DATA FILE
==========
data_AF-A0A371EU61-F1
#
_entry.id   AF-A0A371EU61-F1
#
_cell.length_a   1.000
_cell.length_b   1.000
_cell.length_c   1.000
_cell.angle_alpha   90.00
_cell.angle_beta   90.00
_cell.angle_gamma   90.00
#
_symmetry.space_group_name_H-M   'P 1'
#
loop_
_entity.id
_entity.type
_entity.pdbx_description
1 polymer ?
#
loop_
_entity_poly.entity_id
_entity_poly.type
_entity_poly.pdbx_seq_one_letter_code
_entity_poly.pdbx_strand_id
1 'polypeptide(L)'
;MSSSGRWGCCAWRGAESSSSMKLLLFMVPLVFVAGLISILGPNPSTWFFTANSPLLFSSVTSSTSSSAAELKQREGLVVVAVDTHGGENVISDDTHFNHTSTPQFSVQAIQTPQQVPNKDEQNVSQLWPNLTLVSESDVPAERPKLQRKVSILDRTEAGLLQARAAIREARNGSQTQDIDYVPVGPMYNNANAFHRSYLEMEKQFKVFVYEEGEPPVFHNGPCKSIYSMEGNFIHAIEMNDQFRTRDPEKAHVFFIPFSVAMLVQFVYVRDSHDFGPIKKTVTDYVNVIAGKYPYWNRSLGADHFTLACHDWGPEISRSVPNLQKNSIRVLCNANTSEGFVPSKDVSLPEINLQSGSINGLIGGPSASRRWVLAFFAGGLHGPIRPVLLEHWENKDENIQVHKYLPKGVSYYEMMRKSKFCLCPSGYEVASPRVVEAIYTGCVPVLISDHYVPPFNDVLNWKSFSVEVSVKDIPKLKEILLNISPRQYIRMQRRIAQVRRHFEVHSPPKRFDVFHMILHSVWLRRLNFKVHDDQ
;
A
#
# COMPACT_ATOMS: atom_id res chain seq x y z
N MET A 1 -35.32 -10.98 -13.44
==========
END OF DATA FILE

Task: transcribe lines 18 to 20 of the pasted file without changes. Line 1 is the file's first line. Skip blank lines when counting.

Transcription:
1 polymer ?
#
loop_